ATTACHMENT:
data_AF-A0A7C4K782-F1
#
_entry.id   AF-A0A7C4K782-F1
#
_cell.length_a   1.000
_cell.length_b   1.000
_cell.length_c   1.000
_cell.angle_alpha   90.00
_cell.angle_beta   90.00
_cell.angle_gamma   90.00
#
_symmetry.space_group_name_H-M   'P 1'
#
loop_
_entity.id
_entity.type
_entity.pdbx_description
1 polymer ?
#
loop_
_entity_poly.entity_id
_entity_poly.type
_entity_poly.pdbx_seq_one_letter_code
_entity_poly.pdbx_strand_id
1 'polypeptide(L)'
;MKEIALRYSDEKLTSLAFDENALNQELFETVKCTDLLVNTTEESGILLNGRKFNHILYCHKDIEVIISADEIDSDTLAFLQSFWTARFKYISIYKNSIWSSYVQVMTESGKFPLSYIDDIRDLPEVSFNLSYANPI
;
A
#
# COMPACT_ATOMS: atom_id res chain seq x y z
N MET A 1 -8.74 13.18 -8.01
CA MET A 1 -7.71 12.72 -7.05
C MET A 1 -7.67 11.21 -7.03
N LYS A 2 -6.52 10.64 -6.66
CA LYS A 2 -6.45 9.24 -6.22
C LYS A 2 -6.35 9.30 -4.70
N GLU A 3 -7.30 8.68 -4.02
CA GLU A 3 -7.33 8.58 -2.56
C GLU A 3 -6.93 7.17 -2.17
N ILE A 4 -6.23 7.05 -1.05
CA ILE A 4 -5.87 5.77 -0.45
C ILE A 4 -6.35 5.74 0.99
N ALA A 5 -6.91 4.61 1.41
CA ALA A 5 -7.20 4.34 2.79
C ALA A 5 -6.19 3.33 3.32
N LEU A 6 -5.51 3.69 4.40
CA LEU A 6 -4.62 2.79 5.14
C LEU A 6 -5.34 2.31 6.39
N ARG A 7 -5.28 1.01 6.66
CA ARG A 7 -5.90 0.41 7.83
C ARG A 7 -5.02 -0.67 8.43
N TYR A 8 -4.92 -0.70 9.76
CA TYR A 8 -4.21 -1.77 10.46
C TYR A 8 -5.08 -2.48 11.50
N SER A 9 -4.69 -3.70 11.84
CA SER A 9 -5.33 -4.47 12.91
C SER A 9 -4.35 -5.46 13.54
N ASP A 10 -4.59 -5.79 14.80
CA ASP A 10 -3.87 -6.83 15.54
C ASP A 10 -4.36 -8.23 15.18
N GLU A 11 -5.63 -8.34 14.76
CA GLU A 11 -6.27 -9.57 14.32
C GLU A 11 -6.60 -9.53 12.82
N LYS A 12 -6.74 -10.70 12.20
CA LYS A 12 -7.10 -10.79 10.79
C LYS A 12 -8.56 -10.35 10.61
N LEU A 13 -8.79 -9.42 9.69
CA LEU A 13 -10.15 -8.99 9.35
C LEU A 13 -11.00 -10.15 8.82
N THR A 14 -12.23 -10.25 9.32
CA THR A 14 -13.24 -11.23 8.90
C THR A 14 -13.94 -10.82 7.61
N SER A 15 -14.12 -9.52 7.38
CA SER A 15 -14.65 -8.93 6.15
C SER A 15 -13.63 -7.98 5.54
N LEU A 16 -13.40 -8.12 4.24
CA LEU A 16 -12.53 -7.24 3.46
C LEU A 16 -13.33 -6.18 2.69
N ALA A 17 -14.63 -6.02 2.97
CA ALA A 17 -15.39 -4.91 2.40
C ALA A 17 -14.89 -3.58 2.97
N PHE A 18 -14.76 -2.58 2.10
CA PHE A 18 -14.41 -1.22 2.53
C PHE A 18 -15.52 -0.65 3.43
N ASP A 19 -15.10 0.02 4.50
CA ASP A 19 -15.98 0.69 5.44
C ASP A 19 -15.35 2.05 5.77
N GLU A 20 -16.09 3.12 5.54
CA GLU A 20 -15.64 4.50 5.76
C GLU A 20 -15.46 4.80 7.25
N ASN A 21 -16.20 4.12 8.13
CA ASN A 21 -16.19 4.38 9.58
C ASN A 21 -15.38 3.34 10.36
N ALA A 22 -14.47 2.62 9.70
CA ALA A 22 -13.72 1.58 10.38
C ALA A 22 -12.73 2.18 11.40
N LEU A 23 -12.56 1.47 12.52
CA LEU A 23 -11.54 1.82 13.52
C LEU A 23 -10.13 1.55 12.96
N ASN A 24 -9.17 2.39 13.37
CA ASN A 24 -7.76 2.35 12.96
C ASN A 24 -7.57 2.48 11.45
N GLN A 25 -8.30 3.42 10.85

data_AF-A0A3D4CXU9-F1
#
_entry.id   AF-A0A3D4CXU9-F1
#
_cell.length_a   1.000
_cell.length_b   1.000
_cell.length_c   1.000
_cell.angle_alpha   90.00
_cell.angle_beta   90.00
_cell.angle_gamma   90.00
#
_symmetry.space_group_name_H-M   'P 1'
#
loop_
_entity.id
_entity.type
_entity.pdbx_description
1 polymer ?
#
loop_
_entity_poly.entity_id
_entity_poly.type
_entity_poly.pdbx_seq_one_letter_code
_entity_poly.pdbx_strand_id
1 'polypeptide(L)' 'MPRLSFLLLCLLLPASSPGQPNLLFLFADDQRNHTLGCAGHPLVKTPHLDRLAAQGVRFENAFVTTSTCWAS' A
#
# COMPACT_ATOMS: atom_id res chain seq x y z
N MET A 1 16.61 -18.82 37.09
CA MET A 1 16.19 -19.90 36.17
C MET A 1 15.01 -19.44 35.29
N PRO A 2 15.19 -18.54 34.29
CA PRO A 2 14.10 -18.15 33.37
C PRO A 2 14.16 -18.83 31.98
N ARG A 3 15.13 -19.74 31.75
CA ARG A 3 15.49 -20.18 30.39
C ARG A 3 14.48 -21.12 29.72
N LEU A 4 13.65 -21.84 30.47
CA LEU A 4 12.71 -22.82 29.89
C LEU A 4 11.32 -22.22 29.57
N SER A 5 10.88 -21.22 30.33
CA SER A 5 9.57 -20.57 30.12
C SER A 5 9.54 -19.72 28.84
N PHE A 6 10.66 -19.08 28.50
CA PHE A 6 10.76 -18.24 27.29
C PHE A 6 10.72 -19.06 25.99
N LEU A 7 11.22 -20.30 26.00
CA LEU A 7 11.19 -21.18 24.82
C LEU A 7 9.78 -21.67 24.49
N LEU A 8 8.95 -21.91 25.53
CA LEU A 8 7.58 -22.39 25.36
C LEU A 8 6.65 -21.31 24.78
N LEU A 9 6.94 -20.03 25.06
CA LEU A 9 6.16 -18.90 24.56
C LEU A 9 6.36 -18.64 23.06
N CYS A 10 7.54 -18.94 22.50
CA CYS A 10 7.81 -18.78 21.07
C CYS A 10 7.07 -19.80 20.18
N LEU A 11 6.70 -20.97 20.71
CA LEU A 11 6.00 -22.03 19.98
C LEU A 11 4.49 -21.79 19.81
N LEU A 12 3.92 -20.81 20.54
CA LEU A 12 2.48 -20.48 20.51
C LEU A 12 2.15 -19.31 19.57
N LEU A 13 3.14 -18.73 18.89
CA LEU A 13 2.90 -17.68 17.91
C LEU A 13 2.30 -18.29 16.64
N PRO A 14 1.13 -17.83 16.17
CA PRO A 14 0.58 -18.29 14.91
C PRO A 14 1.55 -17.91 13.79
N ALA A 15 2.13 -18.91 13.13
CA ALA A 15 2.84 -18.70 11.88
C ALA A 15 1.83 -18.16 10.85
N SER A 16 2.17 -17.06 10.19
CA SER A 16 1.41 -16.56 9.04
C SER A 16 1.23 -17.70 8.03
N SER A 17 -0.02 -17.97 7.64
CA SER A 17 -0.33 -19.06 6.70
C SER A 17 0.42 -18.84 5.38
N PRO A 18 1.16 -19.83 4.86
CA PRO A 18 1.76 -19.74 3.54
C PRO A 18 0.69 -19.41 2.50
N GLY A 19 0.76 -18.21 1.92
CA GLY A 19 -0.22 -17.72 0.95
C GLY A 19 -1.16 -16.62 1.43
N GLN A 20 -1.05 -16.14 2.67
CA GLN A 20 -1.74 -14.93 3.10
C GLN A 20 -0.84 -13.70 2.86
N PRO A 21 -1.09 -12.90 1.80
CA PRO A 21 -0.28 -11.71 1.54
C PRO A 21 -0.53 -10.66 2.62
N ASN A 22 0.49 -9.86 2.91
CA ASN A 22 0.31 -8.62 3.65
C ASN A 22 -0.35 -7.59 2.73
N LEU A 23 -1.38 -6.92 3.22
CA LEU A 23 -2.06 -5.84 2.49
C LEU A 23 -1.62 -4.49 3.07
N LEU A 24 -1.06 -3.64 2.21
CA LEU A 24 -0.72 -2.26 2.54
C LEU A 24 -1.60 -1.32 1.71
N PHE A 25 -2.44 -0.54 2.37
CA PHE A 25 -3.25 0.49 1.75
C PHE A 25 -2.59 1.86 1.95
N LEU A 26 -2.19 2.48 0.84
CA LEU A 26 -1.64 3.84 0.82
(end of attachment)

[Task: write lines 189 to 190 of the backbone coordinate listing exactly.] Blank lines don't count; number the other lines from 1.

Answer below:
CA GLN A 20 -1.74 -14.93 3.10
C GLN A 20 -0.84 -13.70 2.86